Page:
Yesterday, today, and tomorrow are the Rogation Days – days devoted to prayer for the year’s crops. We’ve mentioned ‘Rogationtide’ briefly recently. Now that they’re here, let’s narrow in on the liturgical feature of these days that is the most natural to into our daily rounds of prayer: the Collects of the Day. (We can, and probably ought to, use these as the Collect of the Day in Morning and Evening Prayer on these three days.)
Almighty God, Lord of heaven and earth: We humbly pray that your gracious providence may give and preserve to our use the harvests of the land and of the seas, and may prosper all who labor to gather them, that we, who are constantly receiving good things from your hand, may always give you thanks; through Jesus Christ our Lord, who lives and reigns with you and the Holy Spirit, one God, for ever and ever. Amen.
This Collect reflects the more historical form of the Rogation Days. It is not the same as the Collect in the 1928 Prayer Book, but takes a rather more expansive view in its petition, now praying for the harvest of land and sea, God’s gift and preservation of both, the prospering of those who labor in those harvests, and for our own sense of thankfulness.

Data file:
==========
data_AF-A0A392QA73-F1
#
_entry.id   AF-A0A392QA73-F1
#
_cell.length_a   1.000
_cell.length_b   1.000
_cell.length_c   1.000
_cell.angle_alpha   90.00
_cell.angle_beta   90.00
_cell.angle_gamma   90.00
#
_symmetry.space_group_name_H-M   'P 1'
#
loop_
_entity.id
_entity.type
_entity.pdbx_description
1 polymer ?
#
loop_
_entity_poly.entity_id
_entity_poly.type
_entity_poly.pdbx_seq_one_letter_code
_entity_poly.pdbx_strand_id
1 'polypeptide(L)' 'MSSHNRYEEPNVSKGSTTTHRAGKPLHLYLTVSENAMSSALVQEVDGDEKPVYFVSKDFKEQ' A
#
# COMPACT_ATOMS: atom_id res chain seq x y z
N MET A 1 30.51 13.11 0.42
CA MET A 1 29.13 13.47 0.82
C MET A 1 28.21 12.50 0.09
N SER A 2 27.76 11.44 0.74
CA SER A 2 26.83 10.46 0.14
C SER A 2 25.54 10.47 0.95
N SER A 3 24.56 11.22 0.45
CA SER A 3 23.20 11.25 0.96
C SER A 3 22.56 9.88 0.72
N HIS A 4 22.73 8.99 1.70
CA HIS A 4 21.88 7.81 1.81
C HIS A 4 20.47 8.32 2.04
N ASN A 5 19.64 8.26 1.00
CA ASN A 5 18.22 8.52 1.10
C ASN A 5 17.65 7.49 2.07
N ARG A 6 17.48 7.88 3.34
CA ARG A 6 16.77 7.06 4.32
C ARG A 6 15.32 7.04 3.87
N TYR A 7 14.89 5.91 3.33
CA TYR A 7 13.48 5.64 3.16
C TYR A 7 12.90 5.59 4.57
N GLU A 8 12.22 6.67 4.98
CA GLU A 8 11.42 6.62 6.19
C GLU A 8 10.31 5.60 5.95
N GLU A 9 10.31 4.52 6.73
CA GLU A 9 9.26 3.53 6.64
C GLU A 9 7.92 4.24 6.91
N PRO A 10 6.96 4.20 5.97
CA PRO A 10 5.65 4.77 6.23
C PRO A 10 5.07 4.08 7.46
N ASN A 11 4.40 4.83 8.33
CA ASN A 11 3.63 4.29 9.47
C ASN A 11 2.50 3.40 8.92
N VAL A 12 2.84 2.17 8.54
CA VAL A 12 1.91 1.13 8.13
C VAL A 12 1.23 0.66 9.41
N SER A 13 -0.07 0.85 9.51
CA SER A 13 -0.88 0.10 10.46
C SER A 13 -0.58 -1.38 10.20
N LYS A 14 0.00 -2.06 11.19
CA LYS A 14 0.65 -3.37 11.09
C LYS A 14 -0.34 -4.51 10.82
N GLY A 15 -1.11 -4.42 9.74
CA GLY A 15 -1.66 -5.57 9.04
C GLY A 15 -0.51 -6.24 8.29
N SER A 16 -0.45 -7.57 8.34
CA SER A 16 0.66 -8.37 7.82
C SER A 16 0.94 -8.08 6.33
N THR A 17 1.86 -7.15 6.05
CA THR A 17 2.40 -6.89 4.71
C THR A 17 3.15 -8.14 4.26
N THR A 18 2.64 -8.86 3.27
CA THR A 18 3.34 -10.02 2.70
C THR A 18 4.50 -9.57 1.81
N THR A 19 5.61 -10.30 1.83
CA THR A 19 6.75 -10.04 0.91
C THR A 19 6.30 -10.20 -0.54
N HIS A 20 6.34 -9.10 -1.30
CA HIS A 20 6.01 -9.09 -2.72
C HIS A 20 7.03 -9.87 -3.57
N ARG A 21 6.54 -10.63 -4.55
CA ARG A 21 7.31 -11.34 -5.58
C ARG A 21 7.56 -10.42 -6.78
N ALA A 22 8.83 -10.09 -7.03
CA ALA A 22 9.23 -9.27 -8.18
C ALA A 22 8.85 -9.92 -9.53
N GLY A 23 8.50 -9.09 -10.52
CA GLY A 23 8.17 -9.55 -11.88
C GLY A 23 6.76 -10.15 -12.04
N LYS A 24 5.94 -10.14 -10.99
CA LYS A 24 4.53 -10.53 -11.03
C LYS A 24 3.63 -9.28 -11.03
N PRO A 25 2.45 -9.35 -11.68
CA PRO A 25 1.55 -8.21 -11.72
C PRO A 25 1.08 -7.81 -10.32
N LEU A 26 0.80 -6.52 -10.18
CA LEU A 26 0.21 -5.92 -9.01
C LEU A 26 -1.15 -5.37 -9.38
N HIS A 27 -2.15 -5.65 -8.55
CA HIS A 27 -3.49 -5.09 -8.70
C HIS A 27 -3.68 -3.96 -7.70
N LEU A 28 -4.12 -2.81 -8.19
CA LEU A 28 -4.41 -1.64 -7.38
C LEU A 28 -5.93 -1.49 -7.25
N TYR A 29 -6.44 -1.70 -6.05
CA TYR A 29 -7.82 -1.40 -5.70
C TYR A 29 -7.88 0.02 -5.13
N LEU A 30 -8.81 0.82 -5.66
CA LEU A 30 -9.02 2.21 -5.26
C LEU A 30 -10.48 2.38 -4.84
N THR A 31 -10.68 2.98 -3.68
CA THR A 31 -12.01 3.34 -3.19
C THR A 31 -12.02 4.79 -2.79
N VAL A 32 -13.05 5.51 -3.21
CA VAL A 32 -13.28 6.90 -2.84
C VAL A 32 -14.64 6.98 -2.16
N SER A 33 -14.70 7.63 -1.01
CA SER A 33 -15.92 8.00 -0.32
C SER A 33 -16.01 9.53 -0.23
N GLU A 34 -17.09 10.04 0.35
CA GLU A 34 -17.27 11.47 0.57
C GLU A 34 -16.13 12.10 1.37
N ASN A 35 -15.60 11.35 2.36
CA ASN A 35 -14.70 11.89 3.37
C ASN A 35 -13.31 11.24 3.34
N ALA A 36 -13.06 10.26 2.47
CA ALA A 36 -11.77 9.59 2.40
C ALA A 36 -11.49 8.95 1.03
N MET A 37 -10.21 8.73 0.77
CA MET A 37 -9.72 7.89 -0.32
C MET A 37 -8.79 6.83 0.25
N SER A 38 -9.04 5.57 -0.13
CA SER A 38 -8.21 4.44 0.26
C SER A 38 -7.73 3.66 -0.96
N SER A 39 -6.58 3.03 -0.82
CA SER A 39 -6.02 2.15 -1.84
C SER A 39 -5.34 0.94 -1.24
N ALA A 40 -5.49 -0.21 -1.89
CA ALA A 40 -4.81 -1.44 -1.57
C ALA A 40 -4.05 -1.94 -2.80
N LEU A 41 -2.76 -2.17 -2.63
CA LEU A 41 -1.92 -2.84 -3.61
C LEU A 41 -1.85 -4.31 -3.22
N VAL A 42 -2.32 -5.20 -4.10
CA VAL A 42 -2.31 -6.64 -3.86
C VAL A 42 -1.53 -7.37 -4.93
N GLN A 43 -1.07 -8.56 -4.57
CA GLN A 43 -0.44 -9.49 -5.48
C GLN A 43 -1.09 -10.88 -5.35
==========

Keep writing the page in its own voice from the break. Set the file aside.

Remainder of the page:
But nowadays the majority of our population aren’t farmers or fishermen, so we’ve got a second Collect for other forms of employment:
Almighty God, whose Son Jesus Christ in his earthly life shared our toil and hallowed our labor: Be present with your people where they work; make those who carry on the industries and commerce of this land responsive to your will; and give us all a right satisfaction in what we do, and a just return for our labor; through Jesus Christ our Lord, who lives and reigns with you, in the unity of the Holy Spirit, one God, now and for ever. Amen.
This Collect is a good expression of a biblical theology of work. We recognize Jesus’ sharing in our labor (implying his decades as a carpenter with St. Joseph), the need to be responsive to God’s will in the workplace (that is, being a faithful worker, judging by several parables of Jesus), a healthy satisfaction in our labor (understanding we were made for work), and a just return (the biblical injunctions concerning paying workers properly). On their own, any of these four elements of the prayer could be twisted – the first to insubstantial piety, the second to undirected zeal, the third to idolatry, and the fourth to un-tethered social justice championship. But collected together they form a healthier balance of biblical teaching concerning work and labor and employment.
So make sure you make use of these prayers today and tomorrow! Perhaps one in the morning and one in the evening? Or both each time? If you’re a teacher/preacher, that second Collect can also make excellent Bible Study material, especially if you bring up the Scripture readings it’s paired with: Ecclesiasticus 38:27-32, Psalm 107:1-9, 1 Corinthians 3:10-14, and Matthew 6:19-24.